Financially straitened and on the path to spinsterhood, Venetia Milton thought her stay at the remote, ramshackle Arcane House would be a once-in-a-lifetime opportunity to engineer her own ravishment. She was there to photograph the artifacts collected by a highly secretive organization, founded two centuries earlier by an alchemist. And the alchemist's descendant-her employer, Gabriel Jones-has the eyes of a sorcerer.
But despite Venetia's intent to seduce Mr. Jones and move on, she is shattered upon her return home to read in the press of his violent demise. Using the sizable fee Mr. Jones paid her, Venetia establishes a new life, opening a gallery in London. Of course, posing as a respectable widow makes it easier to do business, so-in a private tribute to her lost, only lover-she assumes the identity of "Mrs. Jones."
Her romantic whim, however, will cause unexpected trouble. For one thing, Mr. Jones is about to stride, living and breathing, back into Venetia's life. And the two share more than a passionate memory-indeed, they are bonded by a highly unusual sort of vision, one that goes far beyond Venetia's abilities as a photographer. They also share a terrible threat-for someone has stolen a centuries-old notebook from Arcane House that contains a formula believed to enhance psychic powers of the kind Gabriel and Venetia possess. And the thief wants to know more-even if he must kill the keeper of the Arcane Society's treasures, or the photographer who catalogued them, to obtain such knowledge.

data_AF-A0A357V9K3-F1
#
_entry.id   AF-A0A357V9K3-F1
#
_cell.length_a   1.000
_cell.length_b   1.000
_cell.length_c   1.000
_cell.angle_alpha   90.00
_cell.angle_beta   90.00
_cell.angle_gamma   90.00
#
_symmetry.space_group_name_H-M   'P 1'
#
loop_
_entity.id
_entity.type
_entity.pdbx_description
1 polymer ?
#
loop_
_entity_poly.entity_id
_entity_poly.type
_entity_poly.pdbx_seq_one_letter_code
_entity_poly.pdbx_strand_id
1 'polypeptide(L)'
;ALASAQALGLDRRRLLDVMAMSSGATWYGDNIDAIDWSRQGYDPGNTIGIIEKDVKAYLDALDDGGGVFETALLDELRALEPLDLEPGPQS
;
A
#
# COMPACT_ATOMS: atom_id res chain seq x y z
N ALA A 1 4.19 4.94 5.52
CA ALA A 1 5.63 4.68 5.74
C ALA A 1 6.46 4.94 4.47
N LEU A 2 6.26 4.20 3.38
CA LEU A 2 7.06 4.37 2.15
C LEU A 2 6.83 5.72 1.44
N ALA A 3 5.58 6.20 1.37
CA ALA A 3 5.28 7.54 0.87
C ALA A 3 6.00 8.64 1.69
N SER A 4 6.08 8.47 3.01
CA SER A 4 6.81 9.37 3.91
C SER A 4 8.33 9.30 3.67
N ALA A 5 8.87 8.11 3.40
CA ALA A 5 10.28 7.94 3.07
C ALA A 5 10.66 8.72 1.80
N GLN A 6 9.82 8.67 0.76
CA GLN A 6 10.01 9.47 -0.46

--Second Sight (The Arcane Society, Book 1)
by Amanda Quick
Copyright © 2006 by Jayne Ann Krentz
Published by The Putnam Group
Though I try, sometimes I simply cannot improve on the synopsis provided by the publisher. The above is taken from Amazon.com’s “Product Description” of the book and it seems quite lengthy for a “back-of-the-book” blurb, but sometimes Amazon is all I can draw from, so there you go.
Venetia Milton is not your typical Victorian-era heroine. She’s strong-minded, willful and determined to do things her way. She has to in order to support her family, which consists of herself, her younger brother and sister and her aunt.
Gabriel Jones is also not your typical Victorian-era hero. He’s open-minded about women establishing businesses for themselves and encourages Venetia in her work, except, of course, when her life is potentially in danger, he puts his foot down, and she very neatly trods over it. Which, of course, both infuriates him and makes him admire her even more. Truly a modern thinker.
Amanda Quick captures the era very nicely, and her historical knowledge of Victorian-era photography is excellent. Throw in the supernatural elements that she is quite adept at weaving into her stories and you have a well-constructed, entertaining story that’s a good kick-off to the Arcane Society series.
For those who don’t already know, Jayne Ann Krentz writes under two pseudonyms, Amanda Quick for historicals, Jayne Castle for futuristics and uses her own name for contemporaries. The Arcane Society series crosses all three of these genres, though each book can be read on its own. I’ll be reading/re-reading the series but not back-to-back, as I have so many books to read. I foresee the consumption of this series taking me well into next year…but I’m no psychic, so we’ll see!
I give the story THREE stars.